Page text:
Leahy: Do you understand the problem with that politically, is that it is easier for a county to leave a state and join an existing state than it is to form a new state. That’s their argument.

Carmichael: I think they need to have their own state. I think there are a lot of places. I think Southern Illinois.

Leahy: And upstate New York, where I’m from.

Carmichael: And upstate New York. I can come up with at least 10 additional states. And then I’m seeing 20 senators here. 20 senators who will stand up for the values and who will then represent the people that voted them in.

Listen to the second hour here:

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Tune in weekdays from 5:00 – 8:00 a.m. to the Tennessee Star Report with Michael Patrick Leahy on Talk Radio 98.3 FM WLAC 1510. Listen online at iHeart Radio.

 

 

 

 

 

 

 

 

 

 

Crom Carmichael Illustrates Why School Choice Is Important Now More Than Ever as Critical Race Theory Continues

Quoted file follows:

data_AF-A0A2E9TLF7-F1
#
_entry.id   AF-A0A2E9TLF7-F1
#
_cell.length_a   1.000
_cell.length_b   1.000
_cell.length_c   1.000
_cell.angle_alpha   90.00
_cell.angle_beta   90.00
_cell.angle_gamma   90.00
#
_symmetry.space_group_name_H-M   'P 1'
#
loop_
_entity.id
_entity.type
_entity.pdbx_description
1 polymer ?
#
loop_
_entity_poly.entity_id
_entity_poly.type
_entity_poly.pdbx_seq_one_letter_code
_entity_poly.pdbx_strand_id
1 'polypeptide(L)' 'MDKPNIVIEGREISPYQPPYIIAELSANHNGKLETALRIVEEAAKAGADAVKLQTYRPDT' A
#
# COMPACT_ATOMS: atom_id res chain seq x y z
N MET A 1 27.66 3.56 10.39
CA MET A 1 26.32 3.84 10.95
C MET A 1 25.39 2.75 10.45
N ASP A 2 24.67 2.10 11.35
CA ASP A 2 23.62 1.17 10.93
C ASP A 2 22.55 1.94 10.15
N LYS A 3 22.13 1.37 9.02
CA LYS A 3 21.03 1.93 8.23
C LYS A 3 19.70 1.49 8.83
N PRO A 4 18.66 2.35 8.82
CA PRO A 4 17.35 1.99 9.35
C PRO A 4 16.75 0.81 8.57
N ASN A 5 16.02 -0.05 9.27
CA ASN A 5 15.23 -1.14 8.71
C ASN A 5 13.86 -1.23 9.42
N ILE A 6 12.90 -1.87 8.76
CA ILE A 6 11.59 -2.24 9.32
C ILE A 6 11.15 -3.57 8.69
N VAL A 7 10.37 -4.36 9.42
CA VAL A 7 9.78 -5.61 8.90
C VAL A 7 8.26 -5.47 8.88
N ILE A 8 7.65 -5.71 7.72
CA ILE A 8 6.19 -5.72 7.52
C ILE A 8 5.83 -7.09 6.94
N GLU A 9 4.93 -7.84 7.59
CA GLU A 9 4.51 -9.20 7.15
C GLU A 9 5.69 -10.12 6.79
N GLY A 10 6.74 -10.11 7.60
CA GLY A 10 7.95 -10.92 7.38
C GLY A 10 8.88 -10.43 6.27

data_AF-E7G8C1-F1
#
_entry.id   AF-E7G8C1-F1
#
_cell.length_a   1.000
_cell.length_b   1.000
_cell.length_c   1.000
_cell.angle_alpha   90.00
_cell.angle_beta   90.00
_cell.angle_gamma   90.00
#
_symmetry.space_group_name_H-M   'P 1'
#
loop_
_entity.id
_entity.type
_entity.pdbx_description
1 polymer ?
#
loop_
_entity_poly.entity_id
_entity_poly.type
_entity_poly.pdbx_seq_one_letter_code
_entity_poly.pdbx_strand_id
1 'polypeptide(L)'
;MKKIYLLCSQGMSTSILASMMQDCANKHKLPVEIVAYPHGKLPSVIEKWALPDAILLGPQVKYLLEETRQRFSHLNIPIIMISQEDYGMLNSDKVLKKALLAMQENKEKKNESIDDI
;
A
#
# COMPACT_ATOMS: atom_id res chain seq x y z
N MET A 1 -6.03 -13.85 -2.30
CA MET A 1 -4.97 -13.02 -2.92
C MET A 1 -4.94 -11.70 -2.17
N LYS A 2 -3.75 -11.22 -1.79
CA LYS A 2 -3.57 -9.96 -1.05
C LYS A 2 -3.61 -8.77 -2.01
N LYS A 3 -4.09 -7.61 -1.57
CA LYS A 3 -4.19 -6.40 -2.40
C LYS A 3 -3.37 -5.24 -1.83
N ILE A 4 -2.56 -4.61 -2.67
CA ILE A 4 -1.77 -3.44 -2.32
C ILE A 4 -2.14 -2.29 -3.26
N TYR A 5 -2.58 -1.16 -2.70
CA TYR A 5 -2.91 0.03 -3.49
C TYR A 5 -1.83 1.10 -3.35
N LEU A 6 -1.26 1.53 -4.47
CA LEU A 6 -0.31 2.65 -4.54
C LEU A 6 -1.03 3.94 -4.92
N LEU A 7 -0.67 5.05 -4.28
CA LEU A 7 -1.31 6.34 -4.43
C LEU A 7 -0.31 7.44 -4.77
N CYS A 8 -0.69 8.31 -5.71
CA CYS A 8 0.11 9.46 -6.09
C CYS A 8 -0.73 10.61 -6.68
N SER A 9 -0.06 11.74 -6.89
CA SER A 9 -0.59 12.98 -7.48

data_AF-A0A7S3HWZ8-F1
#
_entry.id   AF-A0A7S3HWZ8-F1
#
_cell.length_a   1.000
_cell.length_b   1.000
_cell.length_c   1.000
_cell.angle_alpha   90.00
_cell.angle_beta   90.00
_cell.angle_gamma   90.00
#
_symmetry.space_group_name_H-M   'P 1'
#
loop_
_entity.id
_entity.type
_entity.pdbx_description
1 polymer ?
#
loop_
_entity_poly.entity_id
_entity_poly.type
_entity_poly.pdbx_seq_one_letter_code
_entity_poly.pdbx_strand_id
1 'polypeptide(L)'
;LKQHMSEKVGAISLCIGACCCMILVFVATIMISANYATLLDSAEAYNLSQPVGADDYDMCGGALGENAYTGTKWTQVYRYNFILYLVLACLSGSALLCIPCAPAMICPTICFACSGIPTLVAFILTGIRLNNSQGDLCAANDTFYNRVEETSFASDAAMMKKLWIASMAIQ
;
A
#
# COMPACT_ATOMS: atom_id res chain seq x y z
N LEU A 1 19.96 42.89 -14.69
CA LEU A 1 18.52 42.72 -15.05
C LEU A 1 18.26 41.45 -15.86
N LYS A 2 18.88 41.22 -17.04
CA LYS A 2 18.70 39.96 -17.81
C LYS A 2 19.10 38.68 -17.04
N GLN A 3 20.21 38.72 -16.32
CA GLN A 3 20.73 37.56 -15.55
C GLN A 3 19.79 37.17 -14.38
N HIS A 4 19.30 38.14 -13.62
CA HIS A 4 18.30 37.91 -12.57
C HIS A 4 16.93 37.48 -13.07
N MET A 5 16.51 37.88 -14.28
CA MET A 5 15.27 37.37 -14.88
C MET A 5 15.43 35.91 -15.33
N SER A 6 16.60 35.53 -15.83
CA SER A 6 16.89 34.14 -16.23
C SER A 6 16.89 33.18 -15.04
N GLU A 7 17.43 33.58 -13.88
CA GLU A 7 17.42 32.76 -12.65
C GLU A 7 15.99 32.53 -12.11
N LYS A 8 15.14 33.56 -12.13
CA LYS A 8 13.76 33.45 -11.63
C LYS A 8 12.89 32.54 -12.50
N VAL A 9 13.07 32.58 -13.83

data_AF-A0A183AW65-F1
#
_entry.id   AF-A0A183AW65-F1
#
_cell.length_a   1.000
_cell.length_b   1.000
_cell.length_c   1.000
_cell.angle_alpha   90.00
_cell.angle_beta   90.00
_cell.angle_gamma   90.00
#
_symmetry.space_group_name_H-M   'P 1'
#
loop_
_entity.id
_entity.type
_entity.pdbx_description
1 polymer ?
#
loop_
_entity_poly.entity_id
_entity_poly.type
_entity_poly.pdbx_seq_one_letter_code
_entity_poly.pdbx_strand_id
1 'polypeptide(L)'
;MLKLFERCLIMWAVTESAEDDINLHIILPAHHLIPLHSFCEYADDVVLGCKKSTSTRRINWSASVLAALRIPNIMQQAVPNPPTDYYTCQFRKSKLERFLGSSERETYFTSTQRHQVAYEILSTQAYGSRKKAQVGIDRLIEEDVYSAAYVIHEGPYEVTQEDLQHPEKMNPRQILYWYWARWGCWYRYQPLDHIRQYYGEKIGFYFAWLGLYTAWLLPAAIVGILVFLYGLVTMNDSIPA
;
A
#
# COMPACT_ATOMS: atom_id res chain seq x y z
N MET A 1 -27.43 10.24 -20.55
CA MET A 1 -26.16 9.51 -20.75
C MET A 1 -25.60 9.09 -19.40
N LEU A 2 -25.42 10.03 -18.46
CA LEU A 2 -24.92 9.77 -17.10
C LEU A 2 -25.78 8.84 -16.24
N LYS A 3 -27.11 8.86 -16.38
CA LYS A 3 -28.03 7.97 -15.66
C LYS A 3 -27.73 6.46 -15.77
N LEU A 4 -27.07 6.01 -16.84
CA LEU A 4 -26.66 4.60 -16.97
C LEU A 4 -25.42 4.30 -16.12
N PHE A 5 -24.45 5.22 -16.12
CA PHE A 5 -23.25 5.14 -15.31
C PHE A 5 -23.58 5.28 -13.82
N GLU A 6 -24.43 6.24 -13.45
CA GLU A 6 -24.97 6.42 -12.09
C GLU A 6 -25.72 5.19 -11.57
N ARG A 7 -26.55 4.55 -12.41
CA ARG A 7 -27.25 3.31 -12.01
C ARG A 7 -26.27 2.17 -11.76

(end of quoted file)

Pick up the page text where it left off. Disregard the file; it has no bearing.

Crom Carmichael Illustrates Why School Choice Is Important Now More Than Ever as Critical Race Theory Continues

 

Live from Music Row Monday morning on The Tennessee Star Report with Michael Patrick Leahy – broadcast on Nashville’s Talk Radio 98.3 and 1510 WLAC weekdays from 5:00 a.m. to 8:00 a.m. –  host Leahy welcomed the original all-star panelist Crom Carmichael to the studio who further illustrated why school choice is more important as critical race theory dominates government run school curriculum.